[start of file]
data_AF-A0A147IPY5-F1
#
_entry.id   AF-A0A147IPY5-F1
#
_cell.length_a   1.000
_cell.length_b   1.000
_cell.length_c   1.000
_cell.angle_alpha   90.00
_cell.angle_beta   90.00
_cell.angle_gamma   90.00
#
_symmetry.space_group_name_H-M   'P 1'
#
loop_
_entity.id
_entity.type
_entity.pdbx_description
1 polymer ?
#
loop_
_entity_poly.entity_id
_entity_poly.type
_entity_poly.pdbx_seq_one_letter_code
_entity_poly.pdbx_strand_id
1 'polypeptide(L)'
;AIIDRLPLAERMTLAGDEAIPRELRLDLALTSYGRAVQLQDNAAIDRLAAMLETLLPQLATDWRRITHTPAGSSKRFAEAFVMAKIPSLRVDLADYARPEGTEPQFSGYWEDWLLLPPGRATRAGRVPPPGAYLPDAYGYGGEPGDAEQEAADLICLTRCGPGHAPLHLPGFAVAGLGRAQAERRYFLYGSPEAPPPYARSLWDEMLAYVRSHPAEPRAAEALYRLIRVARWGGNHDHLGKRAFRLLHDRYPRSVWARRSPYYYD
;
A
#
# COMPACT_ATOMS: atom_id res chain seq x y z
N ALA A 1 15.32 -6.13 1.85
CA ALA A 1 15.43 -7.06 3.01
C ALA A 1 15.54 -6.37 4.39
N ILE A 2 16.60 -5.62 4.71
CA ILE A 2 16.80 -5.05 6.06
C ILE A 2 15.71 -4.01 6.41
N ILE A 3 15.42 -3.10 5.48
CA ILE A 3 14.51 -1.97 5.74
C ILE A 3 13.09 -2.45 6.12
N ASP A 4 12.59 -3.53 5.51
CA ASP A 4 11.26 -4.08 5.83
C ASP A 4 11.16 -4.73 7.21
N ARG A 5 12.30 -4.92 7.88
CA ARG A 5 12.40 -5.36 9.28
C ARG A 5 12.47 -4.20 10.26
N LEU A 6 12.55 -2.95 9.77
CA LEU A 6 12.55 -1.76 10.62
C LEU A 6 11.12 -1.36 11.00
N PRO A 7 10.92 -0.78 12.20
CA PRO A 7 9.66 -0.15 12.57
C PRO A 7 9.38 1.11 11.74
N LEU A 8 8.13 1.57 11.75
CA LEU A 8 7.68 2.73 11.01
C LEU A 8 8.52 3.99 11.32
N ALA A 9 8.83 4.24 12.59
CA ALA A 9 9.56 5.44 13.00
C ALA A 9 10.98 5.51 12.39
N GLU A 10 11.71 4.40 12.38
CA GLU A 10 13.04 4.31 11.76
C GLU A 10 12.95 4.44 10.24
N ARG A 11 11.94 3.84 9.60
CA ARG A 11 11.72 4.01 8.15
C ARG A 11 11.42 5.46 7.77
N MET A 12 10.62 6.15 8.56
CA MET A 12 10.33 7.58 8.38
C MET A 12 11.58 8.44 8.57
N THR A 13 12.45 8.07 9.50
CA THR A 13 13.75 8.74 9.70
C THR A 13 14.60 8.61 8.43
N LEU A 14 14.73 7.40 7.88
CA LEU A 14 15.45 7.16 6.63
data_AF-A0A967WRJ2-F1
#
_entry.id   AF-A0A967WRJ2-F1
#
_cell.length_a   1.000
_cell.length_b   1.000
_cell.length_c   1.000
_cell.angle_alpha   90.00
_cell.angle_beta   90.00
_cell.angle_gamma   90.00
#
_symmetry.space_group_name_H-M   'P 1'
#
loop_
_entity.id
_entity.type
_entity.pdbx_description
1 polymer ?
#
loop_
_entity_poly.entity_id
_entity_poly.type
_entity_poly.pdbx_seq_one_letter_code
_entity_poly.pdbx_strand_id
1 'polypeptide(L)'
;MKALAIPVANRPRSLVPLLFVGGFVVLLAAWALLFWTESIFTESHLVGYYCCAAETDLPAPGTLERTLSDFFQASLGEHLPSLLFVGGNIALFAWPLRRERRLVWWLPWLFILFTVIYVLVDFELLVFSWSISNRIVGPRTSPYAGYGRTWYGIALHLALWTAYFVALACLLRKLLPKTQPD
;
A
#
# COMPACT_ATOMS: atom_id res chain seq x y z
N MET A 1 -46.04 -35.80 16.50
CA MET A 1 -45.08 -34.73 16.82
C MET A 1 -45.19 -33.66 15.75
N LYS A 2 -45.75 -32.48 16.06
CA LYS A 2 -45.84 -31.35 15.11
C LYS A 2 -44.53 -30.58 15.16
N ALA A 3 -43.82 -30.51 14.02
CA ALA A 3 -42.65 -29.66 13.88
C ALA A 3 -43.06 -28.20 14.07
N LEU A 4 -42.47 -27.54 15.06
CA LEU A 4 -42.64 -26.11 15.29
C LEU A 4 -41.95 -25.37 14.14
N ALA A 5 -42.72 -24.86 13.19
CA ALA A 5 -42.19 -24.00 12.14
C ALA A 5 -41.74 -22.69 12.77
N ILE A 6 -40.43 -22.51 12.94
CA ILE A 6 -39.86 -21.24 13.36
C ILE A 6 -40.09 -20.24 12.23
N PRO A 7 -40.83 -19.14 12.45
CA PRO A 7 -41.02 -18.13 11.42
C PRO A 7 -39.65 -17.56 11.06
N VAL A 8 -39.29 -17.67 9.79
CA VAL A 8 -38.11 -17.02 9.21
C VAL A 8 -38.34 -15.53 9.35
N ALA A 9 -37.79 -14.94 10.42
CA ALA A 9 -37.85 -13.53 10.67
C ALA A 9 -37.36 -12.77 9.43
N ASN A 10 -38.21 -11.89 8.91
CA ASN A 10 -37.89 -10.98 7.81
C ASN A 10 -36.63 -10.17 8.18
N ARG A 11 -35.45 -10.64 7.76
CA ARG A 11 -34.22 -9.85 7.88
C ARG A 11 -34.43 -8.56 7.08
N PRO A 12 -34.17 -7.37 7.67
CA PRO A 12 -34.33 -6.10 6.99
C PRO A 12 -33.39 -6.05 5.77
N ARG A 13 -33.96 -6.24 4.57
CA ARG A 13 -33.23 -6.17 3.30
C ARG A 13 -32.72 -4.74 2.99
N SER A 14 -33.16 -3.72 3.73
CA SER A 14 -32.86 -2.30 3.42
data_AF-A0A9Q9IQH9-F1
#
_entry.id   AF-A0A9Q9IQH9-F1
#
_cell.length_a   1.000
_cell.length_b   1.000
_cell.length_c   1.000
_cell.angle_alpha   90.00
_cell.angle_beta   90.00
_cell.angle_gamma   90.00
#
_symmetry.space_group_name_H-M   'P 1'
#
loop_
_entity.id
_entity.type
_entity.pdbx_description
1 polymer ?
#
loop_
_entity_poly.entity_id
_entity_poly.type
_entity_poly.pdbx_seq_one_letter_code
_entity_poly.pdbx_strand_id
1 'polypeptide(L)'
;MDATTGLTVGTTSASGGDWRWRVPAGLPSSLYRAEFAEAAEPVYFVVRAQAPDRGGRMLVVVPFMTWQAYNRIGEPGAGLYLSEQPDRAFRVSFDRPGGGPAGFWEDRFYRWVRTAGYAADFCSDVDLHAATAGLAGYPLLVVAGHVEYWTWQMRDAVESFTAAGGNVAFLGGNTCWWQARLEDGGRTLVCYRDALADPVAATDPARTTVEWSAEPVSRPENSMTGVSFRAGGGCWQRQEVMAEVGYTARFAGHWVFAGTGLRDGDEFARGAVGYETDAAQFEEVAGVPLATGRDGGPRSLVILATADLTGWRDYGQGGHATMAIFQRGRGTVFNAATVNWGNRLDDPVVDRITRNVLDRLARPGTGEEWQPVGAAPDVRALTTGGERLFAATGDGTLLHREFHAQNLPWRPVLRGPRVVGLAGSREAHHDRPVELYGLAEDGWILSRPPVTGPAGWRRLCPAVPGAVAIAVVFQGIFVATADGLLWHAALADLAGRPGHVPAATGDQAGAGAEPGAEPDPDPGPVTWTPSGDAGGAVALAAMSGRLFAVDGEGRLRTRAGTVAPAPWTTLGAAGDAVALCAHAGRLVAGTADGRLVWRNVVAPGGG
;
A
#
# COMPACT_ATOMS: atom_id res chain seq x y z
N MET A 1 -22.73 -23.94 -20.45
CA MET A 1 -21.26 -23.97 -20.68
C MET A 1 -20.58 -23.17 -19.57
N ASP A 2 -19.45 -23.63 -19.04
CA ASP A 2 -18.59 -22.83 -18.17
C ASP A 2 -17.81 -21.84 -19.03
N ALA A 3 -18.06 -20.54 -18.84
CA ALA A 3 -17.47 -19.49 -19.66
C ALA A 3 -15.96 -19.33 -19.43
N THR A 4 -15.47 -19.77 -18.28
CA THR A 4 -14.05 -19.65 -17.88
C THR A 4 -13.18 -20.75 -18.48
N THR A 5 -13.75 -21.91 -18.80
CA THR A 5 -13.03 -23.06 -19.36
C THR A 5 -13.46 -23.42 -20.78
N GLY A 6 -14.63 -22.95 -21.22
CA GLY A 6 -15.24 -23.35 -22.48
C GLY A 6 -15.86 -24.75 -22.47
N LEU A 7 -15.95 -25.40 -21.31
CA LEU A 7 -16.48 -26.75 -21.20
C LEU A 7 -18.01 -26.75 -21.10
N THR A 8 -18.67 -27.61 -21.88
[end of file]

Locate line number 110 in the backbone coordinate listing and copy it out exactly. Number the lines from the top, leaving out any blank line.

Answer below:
C ALA A 3 -43.06 -28.20 14.07